Running through Saturday at the Chain Theater in Manhattan (312 W 36th street), Maiden Productions’ take on Connor McPherson’s The Night Alive is phenomenal. Boasting a lights-out cast, visionary design, and accomplished direction, Maiden delivers an outstanding inaugural production and solidifies itself as a company to keep tabs on.
The Night Alive centers on Tommy (John Duddy), a middle aged man whose life is in a state of disrepair. Staying indefinitely in a room at his uncle’s house, Tommy drifts by on odd jobs and keeps his savings in a cookie tin. McPherson presents him as an avatar of Irish men of a certain age and class, but Tommy’s struggles and the themes explored are universal. The play is fantastic, and Maiden’s production brings it to life with unexpected richness and heart.
The cast is remarkable from top to bottom. John Duddy carries the show with striking vulnerability. Extremely watchable, Duddy is always grounded in his body and conveys high-emotion moments with nuance. Molly Ehrenberg-Peters (Aimee) turns in a staunch performance as the sex worker who finds herself in Tommy’s orbit. Ehrenberg-Peters’ wheels are constantly turning; Aimee’s quiet calculations are well-realized. That being said, I often yearned for her to find ways to give her character more agency. Haydn Harvey (Doc) is revelatory as Tommy’s simple friend who yields a satchel of stolen turnips and waxes poetic on the nature of the universe. Harvey is an excellent actor and a savvy physical comedian – he was an audience favorite. Veteran Lloyd Peters’ (Maurice) heartbreaking turn as Tommy’s uncle, who struggles with powerlessness in the face of strife and loss, is delivered with incredible finesse. Thomas Shuman (Kenneth) is truly menacing as a mystery man from Aimee’s past. Shuman never shies away from making strong choices and most landed well, though a few fell short of the mark.
One of the true stars of this production is Karen Loewy Movilla’s scenic design. The set is immediately compelling and the audience is given a clear idea, before the action even starts, what kind of character lives here. Tommy’s apartment is scattered with piles of clothes, Ian Fleming paperbacks, and cardboard boxes filled with detritus. Frameless posters are taped haphazardly to the wall. Appliances and tools are stored in seemingly random places. The set feels like a junk drawer come to life in the best way possible. And like someone’s junk drawer, organization follows its own logic and everything has a use. Important props live in those crumpled cardboard boxes. The posters on the wall come to life within the dialogue. Even the clutter on the floor helps sell one of the biggest moments in the play.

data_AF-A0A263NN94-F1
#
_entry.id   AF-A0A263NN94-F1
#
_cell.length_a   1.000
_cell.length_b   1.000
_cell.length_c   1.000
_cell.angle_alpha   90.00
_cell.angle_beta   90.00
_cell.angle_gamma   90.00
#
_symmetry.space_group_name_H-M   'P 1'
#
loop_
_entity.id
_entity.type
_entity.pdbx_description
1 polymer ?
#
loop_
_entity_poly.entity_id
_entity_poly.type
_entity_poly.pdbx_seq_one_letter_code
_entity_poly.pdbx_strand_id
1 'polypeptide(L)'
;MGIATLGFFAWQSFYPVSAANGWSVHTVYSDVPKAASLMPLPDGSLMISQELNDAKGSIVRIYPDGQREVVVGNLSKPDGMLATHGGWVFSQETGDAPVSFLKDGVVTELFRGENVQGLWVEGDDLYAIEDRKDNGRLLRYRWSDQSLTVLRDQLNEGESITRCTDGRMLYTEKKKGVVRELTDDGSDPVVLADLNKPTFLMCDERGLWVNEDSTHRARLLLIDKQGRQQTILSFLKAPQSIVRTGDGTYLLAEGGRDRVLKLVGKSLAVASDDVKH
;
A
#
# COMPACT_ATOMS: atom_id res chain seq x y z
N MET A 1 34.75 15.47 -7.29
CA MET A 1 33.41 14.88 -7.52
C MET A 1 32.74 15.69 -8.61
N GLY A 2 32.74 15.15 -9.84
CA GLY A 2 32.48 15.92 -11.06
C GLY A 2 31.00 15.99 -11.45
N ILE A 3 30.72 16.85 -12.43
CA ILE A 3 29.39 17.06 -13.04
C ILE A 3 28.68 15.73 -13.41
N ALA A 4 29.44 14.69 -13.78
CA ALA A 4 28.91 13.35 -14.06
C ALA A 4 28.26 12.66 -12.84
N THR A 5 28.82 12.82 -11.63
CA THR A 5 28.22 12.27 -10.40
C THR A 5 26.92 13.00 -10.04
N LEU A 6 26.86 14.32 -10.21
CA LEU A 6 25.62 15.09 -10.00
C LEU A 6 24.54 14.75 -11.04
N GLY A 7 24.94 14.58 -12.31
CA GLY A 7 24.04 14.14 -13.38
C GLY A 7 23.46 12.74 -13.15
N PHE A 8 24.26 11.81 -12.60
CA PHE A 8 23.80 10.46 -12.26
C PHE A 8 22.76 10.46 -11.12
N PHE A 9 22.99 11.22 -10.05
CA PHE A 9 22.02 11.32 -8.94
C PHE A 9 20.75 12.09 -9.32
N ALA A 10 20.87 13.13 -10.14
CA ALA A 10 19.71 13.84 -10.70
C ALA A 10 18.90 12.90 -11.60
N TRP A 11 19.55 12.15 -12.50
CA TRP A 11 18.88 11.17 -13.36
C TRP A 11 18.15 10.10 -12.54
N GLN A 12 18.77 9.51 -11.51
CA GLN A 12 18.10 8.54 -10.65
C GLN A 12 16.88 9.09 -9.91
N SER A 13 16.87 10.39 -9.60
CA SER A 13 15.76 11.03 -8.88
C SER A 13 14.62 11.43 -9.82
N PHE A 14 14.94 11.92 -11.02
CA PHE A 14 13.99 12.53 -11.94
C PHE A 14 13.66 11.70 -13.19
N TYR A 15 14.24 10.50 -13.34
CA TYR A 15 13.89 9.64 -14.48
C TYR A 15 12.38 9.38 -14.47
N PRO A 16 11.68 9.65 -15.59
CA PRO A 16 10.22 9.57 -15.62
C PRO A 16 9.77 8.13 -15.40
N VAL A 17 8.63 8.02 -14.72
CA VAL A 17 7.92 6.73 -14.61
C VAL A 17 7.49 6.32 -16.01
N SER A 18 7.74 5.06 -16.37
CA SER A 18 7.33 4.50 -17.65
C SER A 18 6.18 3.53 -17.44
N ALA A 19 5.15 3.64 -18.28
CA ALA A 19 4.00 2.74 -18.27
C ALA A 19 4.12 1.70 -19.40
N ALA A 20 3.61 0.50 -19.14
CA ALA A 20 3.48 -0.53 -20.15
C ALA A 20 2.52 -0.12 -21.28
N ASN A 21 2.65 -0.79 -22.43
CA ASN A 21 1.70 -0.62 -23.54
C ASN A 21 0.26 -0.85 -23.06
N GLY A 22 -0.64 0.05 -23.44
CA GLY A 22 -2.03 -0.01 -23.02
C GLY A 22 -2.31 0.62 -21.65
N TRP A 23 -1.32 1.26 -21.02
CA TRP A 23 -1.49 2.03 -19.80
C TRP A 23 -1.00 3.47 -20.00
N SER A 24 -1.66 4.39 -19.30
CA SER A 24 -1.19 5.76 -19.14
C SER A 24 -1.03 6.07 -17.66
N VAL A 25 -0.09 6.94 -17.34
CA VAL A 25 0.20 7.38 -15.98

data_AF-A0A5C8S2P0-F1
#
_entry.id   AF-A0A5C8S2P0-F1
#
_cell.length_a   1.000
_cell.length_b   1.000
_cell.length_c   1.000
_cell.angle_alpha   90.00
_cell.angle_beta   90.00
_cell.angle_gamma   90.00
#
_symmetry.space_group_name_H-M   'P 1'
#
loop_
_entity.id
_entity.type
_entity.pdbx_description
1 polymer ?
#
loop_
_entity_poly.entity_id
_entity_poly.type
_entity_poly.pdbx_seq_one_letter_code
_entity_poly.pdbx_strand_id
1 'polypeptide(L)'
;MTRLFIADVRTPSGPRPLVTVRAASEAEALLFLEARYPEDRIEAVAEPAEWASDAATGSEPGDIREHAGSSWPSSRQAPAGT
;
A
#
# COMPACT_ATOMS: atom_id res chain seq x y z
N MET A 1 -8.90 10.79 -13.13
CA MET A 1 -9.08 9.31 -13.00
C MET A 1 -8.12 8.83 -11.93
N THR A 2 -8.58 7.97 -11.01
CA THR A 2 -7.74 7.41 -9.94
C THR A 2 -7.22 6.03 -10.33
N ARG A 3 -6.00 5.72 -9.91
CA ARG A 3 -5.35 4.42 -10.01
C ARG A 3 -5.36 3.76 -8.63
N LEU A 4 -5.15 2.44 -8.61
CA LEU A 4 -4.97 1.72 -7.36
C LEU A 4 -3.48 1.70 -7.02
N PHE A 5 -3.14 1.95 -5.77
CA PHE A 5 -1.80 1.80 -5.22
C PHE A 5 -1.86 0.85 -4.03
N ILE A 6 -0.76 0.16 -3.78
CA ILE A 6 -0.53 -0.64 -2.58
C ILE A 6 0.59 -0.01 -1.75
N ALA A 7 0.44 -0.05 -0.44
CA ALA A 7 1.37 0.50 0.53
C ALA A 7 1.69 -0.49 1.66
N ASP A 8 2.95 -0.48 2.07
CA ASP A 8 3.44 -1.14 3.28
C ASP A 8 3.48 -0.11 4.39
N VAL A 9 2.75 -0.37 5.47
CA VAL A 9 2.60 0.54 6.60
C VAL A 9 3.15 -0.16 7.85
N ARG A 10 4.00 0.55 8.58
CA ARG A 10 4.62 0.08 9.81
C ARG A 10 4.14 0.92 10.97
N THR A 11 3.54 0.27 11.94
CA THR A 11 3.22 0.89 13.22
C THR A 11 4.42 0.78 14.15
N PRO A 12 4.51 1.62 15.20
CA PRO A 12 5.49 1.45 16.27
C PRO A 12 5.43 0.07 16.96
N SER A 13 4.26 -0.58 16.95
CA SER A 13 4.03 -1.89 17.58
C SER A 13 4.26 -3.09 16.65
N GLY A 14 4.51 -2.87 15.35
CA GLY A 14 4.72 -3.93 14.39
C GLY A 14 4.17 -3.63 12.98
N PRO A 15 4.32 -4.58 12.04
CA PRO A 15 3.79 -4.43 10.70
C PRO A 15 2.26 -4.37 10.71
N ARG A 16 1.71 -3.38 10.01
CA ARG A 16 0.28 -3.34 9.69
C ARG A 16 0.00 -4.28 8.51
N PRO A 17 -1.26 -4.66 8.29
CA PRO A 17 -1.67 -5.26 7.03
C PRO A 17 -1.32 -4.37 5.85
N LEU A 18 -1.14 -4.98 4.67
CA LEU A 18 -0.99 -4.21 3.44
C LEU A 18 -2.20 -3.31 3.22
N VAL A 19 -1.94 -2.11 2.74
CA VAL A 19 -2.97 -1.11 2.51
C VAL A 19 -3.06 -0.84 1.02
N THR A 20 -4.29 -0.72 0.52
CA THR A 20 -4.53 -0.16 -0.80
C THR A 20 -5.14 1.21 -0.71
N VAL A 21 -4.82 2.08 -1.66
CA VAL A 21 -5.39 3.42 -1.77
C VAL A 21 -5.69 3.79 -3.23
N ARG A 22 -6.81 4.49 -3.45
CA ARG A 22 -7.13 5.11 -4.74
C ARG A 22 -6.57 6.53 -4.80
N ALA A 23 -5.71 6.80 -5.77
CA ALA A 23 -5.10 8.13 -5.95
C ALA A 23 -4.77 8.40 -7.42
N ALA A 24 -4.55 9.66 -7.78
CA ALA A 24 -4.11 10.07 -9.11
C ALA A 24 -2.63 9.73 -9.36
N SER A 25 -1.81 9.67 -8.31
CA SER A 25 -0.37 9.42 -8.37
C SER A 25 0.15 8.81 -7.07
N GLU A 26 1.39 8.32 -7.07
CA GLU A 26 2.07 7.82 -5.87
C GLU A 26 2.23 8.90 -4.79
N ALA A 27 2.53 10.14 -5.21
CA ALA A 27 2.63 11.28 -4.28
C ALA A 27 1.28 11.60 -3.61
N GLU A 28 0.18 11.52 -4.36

Director Kathy Gail MacGowan has a preternatural understanding of McPherson’s pacing. She is at her absolute best here when overseeing quiet moments. Scenes between Tommy (John Duddy), Aimee (Molly Ehrenberg-Peters), and Doc (Hadyn Harvey) bubble over with warmth and realness, guided by MacGowan’s shrewd hand. MacGowan is unafraid to luxuriate in the space between characters’ lines. She lets long stretches of silence help foster an intimacy between her performers and her audience. There is a sequence in the second act in which Doc hangs Christmas lights. What could have been a quick throwaway bit is, instead, drawn out and lived in. It becomes one of the most memorable scenes in the show. This is testament, of course, to Harvey’s performance, but also to MacGowan’s trust in her actors and in the power of the mundane.
The louder moments are powerful as well. MacGowan is able to capture a sense of real danger at the end of the first act and leaves the audience gasping for air into the intermission. That being said, it would serve the production to find a way to make key moments of violence in the second act just as visceral and jarring. Instead, the fight choreography is often both forced and tentative. The ending of the play is ambiguous as written. There is beauty in the unknown here, but I found myself wishing that this production had made clearer choices. As it stands, the vision of the final moments feels nebulous.
These minor flaws, though present, did little to dampen my overall esteem of this production. At its best moments, The Night Alive was transportative theatre. Maiden’s winning first project punches well above its class: had I seen this show on Broadway, I would not have been disappointed. The Night Alive is a triumph.